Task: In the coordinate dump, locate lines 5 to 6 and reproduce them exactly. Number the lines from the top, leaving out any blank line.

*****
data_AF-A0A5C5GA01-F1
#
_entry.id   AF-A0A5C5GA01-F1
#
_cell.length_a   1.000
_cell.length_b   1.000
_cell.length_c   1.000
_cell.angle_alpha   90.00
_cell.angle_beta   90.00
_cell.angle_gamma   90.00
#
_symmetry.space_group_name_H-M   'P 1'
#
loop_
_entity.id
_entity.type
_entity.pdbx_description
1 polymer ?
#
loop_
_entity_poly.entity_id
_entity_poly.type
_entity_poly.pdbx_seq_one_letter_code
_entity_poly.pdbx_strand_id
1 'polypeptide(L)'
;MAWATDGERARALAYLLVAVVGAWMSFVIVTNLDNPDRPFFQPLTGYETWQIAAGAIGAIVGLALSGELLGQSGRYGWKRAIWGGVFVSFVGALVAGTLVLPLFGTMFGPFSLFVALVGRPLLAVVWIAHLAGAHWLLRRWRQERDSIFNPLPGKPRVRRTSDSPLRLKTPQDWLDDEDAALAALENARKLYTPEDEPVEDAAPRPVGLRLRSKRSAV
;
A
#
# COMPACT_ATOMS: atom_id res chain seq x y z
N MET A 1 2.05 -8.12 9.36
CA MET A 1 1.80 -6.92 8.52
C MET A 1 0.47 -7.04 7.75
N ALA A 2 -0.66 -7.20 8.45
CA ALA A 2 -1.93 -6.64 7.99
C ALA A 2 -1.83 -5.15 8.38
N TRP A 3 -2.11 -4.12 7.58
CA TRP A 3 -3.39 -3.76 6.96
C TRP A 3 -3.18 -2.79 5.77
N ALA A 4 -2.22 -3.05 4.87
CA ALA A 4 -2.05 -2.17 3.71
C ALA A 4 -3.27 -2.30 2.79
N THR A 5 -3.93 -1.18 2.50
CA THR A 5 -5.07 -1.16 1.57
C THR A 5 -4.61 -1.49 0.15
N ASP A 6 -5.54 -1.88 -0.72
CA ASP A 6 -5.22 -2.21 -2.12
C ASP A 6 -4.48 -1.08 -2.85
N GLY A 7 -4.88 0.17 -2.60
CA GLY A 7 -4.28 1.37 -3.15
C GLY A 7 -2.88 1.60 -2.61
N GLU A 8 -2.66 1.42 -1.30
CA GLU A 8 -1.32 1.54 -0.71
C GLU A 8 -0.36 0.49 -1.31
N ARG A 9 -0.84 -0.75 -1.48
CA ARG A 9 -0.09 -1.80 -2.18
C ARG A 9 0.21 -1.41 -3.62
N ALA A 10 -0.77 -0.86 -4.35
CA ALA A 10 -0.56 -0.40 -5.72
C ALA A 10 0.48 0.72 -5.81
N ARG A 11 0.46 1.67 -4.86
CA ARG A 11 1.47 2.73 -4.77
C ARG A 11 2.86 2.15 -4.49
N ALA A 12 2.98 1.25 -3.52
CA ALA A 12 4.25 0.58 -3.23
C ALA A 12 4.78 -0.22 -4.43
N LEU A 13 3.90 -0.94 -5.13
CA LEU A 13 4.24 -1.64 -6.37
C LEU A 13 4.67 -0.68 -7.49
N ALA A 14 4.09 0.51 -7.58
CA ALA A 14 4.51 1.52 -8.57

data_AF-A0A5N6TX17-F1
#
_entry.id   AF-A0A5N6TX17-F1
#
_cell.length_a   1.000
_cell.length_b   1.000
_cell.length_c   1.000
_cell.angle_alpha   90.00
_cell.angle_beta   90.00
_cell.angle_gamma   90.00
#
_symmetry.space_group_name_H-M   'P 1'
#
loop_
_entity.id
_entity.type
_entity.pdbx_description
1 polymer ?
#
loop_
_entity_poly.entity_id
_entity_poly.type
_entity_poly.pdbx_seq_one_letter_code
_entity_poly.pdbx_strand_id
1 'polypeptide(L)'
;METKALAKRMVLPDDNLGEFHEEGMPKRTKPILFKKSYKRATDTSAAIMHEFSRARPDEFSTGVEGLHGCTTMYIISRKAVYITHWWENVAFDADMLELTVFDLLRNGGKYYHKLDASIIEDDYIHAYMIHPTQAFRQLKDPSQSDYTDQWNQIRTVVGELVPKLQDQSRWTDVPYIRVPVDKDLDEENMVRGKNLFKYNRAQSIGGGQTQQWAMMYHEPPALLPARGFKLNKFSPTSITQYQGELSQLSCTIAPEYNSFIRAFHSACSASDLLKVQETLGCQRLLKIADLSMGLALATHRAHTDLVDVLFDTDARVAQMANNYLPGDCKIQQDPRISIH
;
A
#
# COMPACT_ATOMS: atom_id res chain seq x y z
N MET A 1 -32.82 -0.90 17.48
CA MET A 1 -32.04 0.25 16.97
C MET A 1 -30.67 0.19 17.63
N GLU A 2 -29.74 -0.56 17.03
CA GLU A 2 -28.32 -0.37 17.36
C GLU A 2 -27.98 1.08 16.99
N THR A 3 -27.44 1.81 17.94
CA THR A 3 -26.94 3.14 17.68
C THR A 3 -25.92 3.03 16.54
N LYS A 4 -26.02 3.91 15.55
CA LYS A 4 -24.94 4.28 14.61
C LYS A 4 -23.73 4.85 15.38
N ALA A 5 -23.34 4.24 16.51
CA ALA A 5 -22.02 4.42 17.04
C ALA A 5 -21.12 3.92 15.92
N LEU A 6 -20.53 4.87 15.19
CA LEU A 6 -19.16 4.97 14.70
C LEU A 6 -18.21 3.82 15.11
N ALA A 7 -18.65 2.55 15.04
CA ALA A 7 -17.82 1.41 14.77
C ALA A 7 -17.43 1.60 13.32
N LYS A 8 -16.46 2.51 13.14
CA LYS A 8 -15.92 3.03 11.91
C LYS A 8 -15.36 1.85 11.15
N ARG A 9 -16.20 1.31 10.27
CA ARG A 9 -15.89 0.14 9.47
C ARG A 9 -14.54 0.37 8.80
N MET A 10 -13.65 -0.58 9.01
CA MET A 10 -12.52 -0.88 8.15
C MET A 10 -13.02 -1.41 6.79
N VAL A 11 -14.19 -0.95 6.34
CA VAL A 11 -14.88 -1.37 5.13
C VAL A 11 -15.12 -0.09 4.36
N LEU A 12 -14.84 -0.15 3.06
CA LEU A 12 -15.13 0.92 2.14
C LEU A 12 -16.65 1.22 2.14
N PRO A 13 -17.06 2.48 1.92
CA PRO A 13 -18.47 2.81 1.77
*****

_cell.length_a   1.000
_cell.length_b   1.000